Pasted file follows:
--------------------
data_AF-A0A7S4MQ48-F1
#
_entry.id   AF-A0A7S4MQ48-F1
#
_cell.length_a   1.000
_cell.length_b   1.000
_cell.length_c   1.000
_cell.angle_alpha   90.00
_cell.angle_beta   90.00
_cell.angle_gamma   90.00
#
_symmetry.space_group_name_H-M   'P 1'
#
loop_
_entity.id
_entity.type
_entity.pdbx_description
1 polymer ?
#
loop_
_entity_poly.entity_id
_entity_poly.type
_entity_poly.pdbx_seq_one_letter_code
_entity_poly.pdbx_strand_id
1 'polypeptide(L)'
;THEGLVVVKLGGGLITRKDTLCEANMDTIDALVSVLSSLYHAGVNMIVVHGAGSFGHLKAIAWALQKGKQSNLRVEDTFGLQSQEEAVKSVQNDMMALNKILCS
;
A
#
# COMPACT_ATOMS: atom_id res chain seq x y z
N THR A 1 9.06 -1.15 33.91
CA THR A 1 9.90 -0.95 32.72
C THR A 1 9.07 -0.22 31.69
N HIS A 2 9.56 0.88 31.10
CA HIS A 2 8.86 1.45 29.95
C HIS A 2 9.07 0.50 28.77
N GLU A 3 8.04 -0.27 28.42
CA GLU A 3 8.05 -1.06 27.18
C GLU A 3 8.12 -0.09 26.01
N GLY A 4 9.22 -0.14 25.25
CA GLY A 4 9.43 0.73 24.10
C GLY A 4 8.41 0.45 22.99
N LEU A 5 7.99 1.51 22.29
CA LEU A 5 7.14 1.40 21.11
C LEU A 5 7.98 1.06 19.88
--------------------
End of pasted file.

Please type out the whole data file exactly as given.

data_AF-A0A7S4MQ48-F1
#
_entry.id   AF-A0A7S4MQ48-F1
#
_cell.length_a   1.000
_cell.length_b   1.000
_cell.length_c   1.000
_cell.angle_alpha   90.00
_cell.angle_beta   90.00
_cell.angle_gamma   90.00
#
_symmetry.space_group_name_H-M   'P 1'
#
loop_
_entity.id
_entity.type
_entity.pdbx_description
1 polymer ?
#
loop_
_entity_poly.entity_id
_entity_poly.type
_entity_poly.pdbx_seq_one_letter_code
_entity_poly.pdbx_strand_id
1 'polypeptide(L)'
;THEGLVVVKLGGGLITRKDTLCEANMDTIDALVSVLSSLYHAGVNMIVVHGAGSFGHLKAIAWALQKGKQSNLRVEDTFGLQSQEEAVKSVQNDMMALNKILCS
;
A
#
# COMPACT_ATOMS: atom_id res chain seq x y z
N THR A 1 9.06 -1.15 33.91
CA THR A 1 9.90 -0.95 32.72
C THR A 1 9.07 -0.22 31.69
N HIS A 2 9.56 0.88 31.10
CA HIS A 2 8.86 1.45 29.95
C HIS A 2 9.07 0.50 28.77
N GLU A 3 8.04 -0.27 28.42
CA GLU A 3 8.05 -1.06 27.18
C GLU A 3 8.12 -0.09 26.01
N GLY A 4 9.22 -0.14 25.25
CA GLY A 4 9.43 0.73 24.10
C GLY A 4 8.41 0.45 22.99
N LEU A 5 7.99 1.51 22.29
CA LEU A 5 7.14 1.40 21.11
C LEU A 5 7.98 1.06 19.88